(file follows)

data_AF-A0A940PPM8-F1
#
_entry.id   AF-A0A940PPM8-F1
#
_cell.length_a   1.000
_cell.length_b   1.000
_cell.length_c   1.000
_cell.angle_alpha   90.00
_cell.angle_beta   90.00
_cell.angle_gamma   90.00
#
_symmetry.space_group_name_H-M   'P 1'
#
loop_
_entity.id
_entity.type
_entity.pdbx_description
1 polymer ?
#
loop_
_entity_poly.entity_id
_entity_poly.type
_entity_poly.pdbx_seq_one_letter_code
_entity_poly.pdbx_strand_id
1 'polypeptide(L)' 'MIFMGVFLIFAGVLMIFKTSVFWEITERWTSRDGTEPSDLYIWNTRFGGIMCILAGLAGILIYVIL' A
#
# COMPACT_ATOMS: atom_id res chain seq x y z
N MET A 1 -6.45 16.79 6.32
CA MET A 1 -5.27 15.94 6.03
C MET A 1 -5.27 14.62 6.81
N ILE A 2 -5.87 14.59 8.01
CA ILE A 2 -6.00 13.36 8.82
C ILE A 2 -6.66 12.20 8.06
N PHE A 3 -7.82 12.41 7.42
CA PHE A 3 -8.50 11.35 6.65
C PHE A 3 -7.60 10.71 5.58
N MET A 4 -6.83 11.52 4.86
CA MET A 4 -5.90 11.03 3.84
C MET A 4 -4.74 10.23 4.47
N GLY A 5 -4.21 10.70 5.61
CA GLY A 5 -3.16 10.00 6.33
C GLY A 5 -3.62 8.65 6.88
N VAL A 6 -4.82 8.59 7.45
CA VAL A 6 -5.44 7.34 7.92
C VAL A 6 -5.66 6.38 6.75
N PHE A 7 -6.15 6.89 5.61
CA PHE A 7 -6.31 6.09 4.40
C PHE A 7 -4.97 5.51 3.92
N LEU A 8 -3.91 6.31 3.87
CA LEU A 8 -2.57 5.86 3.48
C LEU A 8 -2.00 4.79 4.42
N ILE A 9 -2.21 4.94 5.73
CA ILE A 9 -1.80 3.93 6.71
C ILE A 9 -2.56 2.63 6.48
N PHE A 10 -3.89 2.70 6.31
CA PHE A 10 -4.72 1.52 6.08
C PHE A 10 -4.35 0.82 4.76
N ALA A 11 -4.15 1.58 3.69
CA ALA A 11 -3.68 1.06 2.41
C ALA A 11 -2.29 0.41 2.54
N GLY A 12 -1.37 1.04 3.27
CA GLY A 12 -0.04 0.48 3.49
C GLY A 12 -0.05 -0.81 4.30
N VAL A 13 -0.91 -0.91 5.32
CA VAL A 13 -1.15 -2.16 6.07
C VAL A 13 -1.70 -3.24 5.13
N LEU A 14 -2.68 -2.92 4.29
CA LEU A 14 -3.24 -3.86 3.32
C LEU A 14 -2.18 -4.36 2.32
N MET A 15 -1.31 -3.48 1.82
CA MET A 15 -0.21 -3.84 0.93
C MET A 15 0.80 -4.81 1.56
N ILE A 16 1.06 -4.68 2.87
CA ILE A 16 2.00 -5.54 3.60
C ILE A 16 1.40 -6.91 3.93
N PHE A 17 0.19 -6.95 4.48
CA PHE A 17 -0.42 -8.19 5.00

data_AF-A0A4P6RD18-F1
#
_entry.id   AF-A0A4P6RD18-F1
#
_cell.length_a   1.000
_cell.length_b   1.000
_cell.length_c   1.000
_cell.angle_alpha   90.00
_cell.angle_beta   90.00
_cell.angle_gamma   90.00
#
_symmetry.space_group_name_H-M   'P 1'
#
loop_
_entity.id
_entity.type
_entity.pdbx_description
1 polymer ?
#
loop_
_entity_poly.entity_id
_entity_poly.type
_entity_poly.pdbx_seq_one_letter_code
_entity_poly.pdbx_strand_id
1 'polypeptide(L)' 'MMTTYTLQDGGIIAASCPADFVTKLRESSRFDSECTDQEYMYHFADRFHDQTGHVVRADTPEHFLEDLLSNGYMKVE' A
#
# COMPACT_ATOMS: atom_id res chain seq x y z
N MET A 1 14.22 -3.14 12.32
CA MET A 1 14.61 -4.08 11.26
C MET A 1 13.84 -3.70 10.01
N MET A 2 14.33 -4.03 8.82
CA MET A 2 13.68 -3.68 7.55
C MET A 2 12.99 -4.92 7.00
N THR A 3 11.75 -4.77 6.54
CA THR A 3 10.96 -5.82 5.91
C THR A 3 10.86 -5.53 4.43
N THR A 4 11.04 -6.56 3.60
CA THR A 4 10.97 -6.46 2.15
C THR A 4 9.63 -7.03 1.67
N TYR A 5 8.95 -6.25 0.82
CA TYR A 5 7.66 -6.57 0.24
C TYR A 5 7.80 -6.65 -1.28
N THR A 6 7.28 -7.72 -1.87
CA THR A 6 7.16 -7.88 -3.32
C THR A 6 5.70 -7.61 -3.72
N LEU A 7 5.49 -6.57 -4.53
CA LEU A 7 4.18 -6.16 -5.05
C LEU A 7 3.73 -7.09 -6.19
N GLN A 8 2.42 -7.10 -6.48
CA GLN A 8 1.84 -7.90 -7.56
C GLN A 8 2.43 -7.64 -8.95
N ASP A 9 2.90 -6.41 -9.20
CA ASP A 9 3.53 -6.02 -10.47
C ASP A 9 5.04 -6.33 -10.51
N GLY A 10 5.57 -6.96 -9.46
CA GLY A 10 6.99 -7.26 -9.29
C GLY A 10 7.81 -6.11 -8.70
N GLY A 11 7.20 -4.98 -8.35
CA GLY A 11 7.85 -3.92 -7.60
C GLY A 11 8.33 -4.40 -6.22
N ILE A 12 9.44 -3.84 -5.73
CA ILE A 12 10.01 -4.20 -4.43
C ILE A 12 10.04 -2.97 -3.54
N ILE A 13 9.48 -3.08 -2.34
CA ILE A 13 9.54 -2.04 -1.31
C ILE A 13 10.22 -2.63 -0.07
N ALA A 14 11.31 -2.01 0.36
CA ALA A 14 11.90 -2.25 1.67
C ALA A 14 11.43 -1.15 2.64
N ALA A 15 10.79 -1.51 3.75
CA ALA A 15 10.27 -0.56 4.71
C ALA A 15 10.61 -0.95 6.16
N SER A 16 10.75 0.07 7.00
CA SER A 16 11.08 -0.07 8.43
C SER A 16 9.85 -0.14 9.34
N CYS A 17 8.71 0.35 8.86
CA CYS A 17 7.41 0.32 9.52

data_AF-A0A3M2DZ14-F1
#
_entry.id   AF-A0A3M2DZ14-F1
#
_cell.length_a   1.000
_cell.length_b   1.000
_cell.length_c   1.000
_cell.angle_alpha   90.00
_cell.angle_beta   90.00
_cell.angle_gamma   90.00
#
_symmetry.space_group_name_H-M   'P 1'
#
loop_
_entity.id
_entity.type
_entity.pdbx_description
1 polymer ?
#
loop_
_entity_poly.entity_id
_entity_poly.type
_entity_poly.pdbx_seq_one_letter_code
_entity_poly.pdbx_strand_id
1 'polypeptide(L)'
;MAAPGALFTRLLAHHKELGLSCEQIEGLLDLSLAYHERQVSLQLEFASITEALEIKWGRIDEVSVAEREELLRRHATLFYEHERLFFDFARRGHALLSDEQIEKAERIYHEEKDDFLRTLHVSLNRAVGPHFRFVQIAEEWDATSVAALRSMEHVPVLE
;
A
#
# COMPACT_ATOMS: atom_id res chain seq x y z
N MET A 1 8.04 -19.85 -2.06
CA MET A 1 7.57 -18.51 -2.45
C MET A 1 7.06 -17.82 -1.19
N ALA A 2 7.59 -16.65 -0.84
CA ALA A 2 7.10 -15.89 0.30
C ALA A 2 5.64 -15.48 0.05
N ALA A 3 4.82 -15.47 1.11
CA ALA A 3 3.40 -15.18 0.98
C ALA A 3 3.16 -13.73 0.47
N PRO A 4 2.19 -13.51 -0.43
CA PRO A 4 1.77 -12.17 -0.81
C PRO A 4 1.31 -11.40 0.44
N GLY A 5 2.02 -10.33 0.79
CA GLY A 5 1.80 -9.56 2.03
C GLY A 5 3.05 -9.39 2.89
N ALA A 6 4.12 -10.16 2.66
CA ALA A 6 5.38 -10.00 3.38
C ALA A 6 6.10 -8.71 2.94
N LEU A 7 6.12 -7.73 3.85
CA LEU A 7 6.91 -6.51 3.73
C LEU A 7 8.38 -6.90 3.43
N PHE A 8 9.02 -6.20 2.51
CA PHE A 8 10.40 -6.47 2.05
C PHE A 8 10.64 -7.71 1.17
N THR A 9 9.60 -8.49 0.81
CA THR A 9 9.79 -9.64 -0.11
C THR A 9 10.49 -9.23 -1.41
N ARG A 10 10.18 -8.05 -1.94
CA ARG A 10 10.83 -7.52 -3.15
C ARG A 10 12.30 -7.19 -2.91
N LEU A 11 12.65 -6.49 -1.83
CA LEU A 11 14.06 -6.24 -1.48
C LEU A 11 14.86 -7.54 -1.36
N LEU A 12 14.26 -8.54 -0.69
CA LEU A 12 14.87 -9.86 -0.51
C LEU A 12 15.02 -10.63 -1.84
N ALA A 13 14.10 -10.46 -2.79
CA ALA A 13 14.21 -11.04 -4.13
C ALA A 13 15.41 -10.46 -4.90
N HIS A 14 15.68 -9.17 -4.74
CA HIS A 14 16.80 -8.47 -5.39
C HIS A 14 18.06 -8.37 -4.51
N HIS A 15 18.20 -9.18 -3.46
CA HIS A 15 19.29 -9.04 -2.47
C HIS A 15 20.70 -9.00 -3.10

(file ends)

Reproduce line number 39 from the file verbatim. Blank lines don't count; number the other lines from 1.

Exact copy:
C MET A 4 -4.74 10.23 4.47